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Joint Pain and Inflammation

The umbrella term rheumatic disease refers to arthritis and various other illnesses that affect the joints, tendons, muscle, ligaments, bones, and muscles (arthritis refers to disorders that mainly affect the joints). Poorly managed rheumatic disorders, such as osteoarthritis, can cause significant joint pain due to the degradation of cartilage, the hard but soft tissue that protects a joint.

The most prevalent rheumatic disorders consist of osteoarthritis, the most prevalent form of arthritis, and rheumatoid arthritis, sometimes known as RA. In patients with rheumatoid arthritis, the immune system destroys healthy cells. Multiple joints may experience inflammation, edema, and pain simultaneously. Other frequent rheumatic conditions include:

Fibromyalgia is a rheumatic illness that affects four million people and is characterized by widespread pain, sleep disturbances, exhaustion, and frequently emotional and mental discomfort.

Gout is a kind of arthritis in which urate crystals accumulate in a joint, typically the big toe joint.

Childhood/juvenile arthritis: arthritis in children; juvenile rheumatoid arthritis is the most frequent kind.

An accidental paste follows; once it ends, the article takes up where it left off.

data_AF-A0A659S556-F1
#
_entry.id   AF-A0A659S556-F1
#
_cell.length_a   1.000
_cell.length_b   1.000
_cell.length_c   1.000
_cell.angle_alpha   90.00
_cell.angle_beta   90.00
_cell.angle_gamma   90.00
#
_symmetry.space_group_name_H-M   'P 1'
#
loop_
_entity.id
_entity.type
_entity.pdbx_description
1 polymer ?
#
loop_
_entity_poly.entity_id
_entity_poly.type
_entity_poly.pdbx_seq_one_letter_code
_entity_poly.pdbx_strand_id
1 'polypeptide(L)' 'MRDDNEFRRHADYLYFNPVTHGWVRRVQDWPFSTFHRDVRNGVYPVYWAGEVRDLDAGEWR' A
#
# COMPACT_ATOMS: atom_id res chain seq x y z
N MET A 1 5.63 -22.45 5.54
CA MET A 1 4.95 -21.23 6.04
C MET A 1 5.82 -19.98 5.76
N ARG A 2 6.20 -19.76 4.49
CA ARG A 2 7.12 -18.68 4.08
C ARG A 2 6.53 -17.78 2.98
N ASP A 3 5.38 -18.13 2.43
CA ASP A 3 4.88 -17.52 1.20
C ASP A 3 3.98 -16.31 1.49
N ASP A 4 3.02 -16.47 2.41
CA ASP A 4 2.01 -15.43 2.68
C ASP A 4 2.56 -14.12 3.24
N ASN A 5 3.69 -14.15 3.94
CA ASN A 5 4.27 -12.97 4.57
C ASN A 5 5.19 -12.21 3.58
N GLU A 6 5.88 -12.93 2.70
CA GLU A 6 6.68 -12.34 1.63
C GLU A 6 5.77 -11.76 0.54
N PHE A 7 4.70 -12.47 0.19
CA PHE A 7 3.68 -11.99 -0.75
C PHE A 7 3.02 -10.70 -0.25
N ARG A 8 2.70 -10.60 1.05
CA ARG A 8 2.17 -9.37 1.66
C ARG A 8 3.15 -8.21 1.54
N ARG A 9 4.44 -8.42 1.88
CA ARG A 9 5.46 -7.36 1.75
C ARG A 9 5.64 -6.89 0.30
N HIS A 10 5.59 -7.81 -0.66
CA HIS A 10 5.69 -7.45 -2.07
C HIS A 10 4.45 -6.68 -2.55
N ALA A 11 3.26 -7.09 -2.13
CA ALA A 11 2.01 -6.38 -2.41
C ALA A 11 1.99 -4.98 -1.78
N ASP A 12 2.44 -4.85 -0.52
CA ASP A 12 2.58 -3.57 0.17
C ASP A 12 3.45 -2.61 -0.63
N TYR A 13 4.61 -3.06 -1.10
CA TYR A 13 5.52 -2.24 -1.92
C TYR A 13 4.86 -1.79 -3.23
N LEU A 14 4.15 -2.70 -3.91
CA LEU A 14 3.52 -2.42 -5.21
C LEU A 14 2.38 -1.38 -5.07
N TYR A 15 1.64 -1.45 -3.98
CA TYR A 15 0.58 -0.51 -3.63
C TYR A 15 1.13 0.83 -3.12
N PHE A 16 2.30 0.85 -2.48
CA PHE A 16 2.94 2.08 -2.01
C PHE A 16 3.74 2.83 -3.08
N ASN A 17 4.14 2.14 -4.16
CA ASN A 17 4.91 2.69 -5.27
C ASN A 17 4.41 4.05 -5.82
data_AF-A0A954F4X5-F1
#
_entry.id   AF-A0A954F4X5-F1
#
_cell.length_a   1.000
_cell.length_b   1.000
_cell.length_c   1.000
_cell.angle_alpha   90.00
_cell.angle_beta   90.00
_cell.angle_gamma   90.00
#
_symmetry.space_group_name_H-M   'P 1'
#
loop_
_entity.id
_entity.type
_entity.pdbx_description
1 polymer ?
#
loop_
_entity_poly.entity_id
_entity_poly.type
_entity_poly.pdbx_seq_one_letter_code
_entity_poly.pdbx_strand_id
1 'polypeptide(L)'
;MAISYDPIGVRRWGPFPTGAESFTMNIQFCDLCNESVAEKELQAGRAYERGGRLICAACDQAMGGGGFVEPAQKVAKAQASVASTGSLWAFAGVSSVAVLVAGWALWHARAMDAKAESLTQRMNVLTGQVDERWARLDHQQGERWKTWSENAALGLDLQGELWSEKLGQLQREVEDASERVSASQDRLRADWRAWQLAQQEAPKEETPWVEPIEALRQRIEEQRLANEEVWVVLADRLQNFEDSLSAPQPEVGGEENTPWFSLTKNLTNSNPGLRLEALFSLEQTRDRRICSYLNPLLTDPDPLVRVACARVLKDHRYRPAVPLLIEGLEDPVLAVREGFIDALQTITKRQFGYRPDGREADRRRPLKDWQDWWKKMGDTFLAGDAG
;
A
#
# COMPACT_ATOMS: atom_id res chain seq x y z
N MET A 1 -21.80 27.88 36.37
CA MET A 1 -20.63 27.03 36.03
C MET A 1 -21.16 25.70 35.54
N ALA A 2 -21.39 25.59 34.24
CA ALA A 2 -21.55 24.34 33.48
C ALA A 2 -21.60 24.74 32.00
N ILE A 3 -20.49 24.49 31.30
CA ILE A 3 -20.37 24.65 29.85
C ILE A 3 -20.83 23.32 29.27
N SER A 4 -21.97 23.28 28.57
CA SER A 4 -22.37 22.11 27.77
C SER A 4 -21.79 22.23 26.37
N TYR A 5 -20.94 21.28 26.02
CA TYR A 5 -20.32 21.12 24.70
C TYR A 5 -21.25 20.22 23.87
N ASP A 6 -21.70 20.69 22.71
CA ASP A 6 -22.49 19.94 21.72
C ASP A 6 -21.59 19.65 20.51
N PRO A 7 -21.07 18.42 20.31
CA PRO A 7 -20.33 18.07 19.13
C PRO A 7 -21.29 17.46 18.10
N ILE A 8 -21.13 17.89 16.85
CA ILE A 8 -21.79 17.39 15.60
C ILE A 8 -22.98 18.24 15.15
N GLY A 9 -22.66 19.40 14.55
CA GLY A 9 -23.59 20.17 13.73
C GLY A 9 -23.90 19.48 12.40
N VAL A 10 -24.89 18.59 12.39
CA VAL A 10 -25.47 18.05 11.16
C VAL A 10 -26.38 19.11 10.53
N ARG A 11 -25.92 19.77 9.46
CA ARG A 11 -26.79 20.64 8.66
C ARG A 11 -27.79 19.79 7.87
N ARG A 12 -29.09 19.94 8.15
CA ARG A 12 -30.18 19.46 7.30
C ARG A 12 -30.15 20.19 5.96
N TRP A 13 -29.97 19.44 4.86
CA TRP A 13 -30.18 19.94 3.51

Lupus is a chronic autoimmune illness in which the immune system of the body attacks the body’s tissues and organs, causing damage to any region of the body.

The risk factors for rheumatic illnesses are disease-specific. On the Arthritis Risk Factors website, you can learn more about rheumatic disorders and arthritis risk factors. Inflammation of joints and other ligaments can cause chronic or long-lasting discomfort and imbalance. The CDC recognizes initiatives and provides information for adults with arthritis and rheumatic diseases in order to enhance their quality of life and alleviate their symptoms.

How to alleviate arthritis and rheumatic disease-related pain

A recent CDC study found that nearly one-third of US adults with arthritis (including gout, fibromyalgia, lupus, rheumatoid arthritis, and osteoarthritis) experience significant joint pain. This means that around 19 million American adults suffer from pain so severe that it limits their regular activities. A previous CDC study indicated that Black and Latino individuals, as well as those in fair to poor health, with major psychological distress, who are unable to work, or who have diabetes or heart disease, are disproportionately afflicted by severe joint pain.

People can alleviate arthritis-related pain and stiffness in several ways:

Perform physical activity! Studies indicate that physical activity can alleviate arthritis-related joint pain and stiffness, as well as enhance function, happiness, and quality of life in persons with arthritis. In addition, strength training is recommended. To alleviate joint pain, you can engage in low-impact physical exercise, such as swimming, walking, and cycling.

Examine CDC-recognized physical activity programs to assist persons with arthritis and other chronic diseases in becoming or becoming active. Currently, many of these programs are delivered remotely.

Adults with arthritis can enhance their quality of life by enrolling in one of the CDC-recognized self-management education classes.

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